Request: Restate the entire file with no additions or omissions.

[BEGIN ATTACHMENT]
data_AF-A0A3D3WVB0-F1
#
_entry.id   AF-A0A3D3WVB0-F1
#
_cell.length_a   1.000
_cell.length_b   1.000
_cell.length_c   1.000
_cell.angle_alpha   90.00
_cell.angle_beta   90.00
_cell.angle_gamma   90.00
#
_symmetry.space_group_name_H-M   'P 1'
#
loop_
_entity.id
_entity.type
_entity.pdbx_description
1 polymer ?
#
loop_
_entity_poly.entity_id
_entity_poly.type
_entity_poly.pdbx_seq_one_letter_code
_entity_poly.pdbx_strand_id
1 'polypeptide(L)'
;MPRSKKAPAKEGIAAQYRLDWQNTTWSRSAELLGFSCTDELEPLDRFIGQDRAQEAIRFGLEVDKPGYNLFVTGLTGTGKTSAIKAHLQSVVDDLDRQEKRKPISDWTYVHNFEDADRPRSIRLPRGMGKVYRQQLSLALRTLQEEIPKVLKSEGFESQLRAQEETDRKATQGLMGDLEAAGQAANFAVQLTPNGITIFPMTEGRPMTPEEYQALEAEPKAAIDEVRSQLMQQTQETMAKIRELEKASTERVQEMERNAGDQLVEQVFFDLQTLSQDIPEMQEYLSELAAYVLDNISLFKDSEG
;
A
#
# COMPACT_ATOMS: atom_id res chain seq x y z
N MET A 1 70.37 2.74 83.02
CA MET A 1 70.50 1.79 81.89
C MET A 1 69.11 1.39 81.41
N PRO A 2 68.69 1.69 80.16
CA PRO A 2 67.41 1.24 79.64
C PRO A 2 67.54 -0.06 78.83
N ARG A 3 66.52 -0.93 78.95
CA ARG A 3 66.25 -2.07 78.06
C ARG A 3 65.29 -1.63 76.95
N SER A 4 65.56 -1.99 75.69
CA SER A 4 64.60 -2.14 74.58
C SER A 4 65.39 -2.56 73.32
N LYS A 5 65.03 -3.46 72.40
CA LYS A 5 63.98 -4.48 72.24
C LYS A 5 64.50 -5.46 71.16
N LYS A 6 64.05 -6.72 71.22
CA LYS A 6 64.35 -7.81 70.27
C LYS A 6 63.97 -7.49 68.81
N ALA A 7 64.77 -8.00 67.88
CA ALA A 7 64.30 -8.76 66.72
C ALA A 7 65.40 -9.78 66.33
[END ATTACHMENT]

data_AF-A0A3D3WVB0-F1
#
_entry.id   AF-A0A3D3WVB0-F1
#
_cell.length_a   1.000
_cell.length_b   1.000
_cell.length_c   1.000
_cell.angle_alpha   90.00
_cell.angle_beta   90.00
_cell.angle_gamma   90.00
#
_symmetry.space_group_name_H-M   'P 1'
#
loop_
_entity.id
_entity.type
_entity.pdbx_description
1 polymer ?
#
loop_
_entity_poly.entity_id
_entity_poly.type
_entity_poly.pdbx_seq_one_letter_code
_entity_poly.pdbx_strand_id
1 'polypeptide(L)'
;MPRSKKAPAKEGIAAQYRLDWQNTTWSRSAELLGFSCTDELEPLDRFIGQDRAQEAIRFGLEVDKPGYNLFVTGLTGTGKTSAIKAHLQSVVDDLDRQEKRKPISDWTYVHNFEDADRPRSIRLPRGMGKVYRQQLSLALRTLQEEIPKVLKSEGFESQLRAQEETDRKATQGLMGDLEAAGQAANFAVQLTPNGITIFPMTEGRPMTPEEYQALEAEPKAAIDEVRSQLMQQTQETMAKIRELEKASTERVQEMERNAGDQLVEQVFFDLQTLSQDIPEMQEYLSELAAYVLDNISLFKDSEG
;
A
#
# COMPACT_ATOMS: atom_id res chain seq x y z
N MET A 1 70.37 2.74 83.02
CA MET A 1 70.50 1.79 81.89
C MET A 1 69.11 1.39 81.41
N PRO A 2 68.69 1.69 80.16
CA PRO A 2 67.41 1.24 79.64
C PRO A 2 67.54 -0.06 78.83
N ARG A 3 66.52 -0.93 78.95
CA ARG A 3 66.25 -2.07 78.06
C ARG A 3 65.29 -1.63 76.95
N SER A 4 65.56 -1.99 75.69
CA SER A 4 64.60 -2.14 74.58
C SER A 4 65.39 -2.56 73.32
N LYS A 5 65.03 -3.46 72.40
CA LYS A 5 63.98 -4.48 72.24
C LYS A 5 64.50 -5.46 71.16
N LYS A 6 64.05 -6.72 71.22
CA LYS A 6 64.35 -7.81 70.27
C LYS A 6 63.97 -7.49 68.81
N ALA A 7 64.77 -8.00 67.88
CA ALA A 7 64.30 -8.76 66.72
C ALA A 7 65.40 -9.78 66.33